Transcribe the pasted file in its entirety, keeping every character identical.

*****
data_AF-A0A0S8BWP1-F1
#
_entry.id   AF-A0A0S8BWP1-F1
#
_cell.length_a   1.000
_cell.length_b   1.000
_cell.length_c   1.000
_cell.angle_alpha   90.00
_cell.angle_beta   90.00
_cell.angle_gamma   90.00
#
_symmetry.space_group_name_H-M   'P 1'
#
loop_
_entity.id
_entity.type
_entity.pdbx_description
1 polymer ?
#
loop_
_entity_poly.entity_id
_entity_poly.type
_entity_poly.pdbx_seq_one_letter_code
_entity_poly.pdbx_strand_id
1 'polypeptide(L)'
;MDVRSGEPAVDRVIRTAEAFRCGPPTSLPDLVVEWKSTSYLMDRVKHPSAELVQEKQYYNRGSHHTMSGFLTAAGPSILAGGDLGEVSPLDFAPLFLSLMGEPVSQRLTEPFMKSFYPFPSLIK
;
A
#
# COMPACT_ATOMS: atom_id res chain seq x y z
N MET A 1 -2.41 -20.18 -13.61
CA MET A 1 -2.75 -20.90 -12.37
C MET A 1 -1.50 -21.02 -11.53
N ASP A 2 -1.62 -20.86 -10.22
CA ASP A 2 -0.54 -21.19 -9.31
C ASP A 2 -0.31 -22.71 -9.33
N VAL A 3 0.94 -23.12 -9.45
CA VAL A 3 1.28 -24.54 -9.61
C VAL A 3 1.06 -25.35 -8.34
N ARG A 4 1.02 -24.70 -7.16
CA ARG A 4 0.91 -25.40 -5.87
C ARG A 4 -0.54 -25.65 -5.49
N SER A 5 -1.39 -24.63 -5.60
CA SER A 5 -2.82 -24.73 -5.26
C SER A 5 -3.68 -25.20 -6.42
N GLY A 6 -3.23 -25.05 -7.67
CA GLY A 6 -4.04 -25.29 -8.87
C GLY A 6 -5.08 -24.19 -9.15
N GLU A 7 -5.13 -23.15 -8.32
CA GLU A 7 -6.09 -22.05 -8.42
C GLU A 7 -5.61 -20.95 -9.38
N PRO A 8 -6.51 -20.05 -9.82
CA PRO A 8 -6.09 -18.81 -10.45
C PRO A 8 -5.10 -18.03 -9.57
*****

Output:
data_AF-A0A0S8BWP1-F1
#
_entry.id   AF-A0A0S8BWP1-F1
#
_cell.length_a   1.000
_cell.length_b   1.000
_cell.length_c   1.000
_cell.angle_alpha   90.00
_cell.angle_beta   90.00
_cell.angle_gamma   90.00
#
_symmetry.space_group_name_H-M   'P 1'
#
loop_
_entity.id
_entity.type
_entity.pdbx_description
1 polymer ?
#
loop_
_entity_poly.entity_id
_entity_poly.type
_entity_poly.pdbx_seq_one_letter_code
_entity_poly.pdbx_strand_id
1 'polypeptide(L)'
;MDVRSGEPAVDRVIRTAEAFRCGPPTSLPDLVVEWKSTSYLMDRVKHPSAELVQEKQYYNRGSHHTMSGFLTAAGPSILAGGDLGEVSPLDFAPLFLSLMGEPVSQRLTEPFMKSFYPFPSLIK
;
A
#
# COMPACT_ATOMS: atom_id res chain seq x y z
N MET A 1 -2.41 -20.18 -13.61
CA MET A 1 -2.75 -20.90 -12.37
C MET A 1 -1.50 -21.02 -11.53
N ASP A 2 -1.62 -20.86 -10.22
CA ASP A 2 -0.54 -21.19 -9.31
C ASP A 2 -0.31 -22.71 -9.33
N VAL A 3 0.94 -23.12 -9.45
CA VAL A 3 1.28 -24.54 -9.61
C VAL A 3 1.06 -25.35 -8.34
N ARG A 4 1.02 -24.70 -7.16
CA ARG A 4 0.91 -25.40 -5.87
C ARG A 4 -0.54 -25.65 -5.49
N SER A 5 -1.39 -24.63 -5.60
CA SER A 5 -2.82 -24.73 -5.26
C SER A 5 -3.68 -25.20 -6.42
N GLY A 6 -3.23 -25.05 -7.67
CA GLY A 6 -4.04 -25.29 -8.87
C GLY A 6 -5.08 -24.19 -9.15
N GLU A 7 -5.13 -23.15 -8.32
CA GLU A 7 -6.09 -22.05 -8.42
C GLU A 7 -5.61 -20.95 -9.38
N PRO A 8 -6.51 -20.05 -9.82
CA PRO A 8 -6.09 -18.81 -10.45
C PRO A 8 -5.10 -18.03 -9.57